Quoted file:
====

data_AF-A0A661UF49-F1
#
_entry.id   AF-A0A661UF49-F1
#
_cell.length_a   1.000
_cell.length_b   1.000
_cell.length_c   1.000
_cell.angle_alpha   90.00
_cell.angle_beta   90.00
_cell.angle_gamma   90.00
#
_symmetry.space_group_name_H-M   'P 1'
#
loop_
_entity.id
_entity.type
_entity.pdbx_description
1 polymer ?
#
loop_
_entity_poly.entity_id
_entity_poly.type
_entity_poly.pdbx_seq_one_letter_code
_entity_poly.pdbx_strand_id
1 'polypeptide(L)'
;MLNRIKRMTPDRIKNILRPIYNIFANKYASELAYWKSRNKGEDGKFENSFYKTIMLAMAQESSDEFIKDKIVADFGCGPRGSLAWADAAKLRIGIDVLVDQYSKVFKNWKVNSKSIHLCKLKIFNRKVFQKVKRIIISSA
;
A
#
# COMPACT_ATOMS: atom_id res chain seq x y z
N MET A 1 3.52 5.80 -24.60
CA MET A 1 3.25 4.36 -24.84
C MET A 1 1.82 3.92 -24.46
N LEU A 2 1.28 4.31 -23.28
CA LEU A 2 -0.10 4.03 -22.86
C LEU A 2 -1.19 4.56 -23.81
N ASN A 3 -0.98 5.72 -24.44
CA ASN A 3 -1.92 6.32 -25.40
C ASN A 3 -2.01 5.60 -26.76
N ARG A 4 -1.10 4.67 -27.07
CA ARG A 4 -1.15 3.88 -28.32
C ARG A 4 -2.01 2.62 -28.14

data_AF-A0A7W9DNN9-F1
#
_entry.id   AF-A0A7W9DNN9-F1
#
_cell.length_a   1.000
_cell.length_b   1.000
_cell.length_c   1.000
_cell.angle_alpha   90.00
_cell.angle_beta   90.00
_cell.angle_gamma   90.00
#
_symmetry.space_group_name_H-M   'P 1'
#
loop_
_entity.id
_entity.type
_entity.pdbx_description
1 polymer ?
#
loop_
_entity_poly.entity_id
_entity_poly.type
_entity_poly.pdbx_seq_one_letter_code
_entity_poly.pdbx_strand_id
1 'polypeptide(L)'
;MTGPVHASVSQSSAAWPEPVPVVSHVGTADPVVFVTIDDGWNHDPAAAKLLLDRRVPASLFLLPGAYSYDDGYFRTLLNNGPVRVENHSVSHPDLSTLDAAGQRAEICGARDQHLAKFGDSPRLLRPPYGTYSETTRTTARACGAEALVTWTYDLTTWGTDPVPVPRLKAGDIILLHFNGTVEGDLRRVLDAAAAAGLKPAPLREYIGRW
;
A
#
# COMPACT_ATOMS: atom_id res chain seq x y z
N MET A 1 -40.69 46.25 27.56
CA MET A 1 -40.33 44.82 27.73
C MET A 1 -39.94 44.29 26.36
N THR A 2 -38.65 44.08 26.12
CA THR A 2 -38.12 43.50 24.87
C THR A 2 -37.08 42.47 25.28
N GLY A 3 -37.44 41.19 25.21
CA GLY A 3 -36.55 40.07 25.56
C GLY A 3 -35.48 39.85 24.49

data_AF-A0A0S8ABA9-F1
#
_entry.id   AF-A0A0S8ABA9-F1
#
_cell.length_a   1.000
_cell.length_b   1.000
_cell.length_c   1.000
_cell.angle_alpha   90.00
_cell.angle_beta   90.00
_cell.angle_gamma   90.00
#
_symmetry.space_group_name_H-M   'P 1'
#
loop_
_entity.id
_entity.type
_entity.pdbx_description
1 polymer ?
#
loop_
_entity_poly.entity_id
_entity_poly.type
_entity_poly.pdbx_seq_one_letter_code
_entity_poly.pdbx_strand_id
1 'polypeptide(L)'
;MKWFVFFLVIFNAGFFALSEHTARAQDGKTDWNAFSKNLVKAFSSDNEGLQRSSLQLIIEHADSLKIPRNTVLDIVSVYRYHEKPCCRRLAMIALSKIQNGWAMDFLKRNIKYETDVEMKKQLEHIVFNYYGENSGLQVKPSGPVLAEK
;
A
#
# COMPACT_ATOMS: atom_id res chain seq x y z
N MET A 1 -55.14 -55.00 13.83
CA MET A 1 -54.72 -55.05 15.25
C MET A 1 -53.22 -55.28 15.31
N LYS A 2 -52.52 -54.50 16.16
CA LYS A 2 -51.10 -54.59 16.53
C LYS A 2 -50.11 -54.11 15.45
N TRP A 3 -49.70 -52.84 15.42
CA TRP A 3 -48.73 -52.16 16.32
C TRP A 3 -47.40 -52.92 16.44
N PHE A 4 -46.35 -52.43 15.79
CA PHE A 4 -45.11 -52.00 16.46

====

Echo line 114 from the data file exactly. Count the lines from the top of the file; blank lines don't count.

C MET A 1 -53.22 -55.28 15.31